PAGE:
The concept of the architect as a technician who composes all the constituent parts of a building that are designed by the subcontractors can be a realistic vision of the future. However, the architects must acquire the appropriate and relevant management skills earlier in the education process, so that they might begin to take these roles on more often. In the contemporary context, the architect would be best placed to move into new fields of strategic consulting at higher levels, while trying to take back ground that has already been lost. While there is agreement that the architecture profession brought a ‘social science’ aspect to the building process that engineers often lacked, there is a need for architects to become more skilled in engineering if they must continue leading the production of buildings.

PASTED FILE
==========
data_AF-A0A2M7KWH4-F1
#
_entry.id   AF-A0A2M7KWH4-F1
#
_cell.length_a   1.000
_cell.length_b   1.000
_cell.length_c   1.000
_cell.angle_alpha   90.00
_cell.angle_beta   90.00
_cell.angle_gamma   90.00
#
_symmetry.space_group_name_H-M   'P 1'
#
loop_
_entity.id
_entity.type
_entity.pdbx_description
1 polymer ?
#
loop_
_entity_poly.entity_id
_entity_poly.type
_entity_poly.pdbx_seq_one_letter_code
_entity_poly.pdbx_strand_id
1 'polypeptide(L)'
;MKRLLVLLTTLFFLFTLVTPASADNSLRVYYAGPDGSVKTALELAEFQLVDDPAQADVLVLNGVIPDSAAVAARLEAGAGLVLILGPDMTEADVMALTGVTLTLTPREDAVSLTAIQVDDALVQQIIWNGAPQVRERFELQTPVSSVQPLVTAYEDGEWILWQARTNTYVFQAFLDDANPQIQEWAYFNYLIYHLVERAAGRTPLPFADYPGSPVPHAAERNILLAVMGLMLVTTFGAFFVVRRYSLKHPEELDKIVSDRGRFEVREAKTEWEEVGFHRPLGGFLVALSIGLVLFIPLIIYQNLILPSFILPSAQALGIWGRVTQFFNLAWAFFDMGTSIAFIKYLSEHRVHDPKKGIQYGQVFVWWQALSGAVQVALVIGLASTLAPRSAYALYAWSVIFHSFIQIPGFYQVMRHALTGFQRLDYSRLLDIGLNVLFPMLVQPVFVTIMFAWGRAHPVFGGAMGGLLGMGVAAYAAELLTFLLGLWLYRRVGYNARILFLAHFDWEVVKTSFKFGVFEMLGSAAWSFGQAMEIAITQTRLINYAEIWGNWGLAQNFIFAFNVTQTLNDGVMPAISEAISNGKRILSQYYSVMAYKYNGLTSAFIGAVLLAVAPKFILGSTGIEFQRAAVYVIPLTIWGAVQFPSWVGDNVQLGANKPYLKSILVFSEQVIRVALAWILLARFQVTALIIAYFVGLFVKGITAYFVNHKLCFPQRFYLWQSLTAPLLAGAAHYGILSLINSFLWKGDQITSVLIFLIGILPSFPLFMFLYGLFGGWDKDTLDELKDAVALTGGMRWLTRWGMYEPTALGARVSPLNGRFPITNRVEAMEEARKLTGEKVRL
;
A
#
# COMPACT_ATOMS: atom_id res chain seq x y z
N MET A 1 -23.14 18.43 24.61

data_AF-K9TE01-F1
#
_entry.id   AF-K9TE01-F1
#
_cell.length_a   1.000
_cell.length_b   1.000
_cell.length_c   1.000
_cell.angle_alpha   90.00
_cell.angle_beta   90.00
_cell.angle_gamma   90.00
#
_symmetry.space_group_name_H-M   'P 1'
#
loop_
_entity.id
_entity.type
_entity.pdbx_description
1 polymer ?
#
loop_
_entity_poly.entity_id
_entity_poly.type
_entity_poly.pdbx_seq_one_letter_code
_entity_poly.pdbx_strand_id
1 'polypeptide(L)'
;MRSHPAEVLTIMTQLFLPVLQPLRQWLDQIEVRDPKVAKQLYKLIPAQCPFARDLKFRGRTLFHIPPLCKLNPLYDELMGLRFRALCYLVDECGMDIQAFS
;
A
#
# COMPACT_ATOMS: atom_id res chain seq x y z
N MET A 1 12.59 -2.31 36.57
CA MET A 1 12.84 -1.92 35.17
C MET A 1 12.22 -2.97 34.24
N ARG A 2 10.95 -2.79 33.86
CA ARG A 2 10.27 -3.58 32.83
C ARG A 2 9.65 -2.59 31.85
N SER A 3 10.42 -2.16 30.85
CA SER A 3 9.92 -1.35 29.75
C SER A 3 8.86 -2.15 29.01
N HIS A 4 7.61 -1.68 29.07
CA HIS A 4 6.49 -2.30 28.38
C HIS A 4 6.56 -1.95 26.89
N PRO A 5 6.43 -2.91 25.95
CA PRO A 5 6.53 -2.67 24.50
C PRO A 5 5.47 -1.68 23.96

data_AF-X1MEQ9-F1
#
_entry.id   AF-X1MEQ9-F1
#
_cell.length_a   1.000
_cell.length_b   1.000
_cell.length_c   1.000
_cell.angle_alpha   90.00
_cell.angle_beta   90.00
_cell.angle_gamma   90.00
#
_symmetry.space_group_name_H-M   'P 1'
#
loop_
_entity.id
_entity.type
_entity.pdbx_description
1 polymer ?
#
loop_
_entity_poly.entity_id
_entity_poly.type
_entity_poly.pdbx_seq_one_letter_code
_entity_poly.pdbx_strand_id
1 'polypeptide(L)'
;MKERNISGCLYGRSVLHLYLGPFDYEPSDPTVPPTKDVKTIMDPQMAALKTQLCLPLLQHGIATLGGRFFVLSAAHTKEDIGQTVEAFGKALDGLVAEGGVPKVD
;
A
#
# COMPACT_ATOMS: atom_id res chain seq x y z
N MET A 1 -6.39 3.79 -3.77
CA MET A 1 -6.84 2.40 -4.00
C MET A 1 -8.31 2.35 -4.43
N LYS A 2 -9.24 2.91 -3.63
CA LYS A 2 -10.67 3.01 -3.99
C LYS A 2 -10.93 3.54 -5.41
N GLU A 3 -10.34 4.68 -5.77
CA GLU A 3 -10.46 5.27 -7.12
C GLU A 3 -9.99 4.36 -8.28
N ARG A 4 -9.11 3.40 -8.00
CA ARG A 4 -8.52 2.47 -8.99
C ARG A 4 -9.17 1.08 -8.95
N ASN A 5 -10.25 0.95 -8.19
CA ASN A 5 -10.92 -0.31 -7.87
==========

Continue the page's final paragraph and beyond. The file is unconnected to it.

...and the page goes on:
BRIEF HISTORY OF THE DEPARTMENT.
The Department of Architecture of the Faculty of Environmental Sciences is one of the newly established departments in the University of Benin. Consequent upon the need to improve the built environment in this region and the nation at large, the department was conceptualized to serve as a training ground for world class and competent Architectural Graduates that will effectively impact the built environment.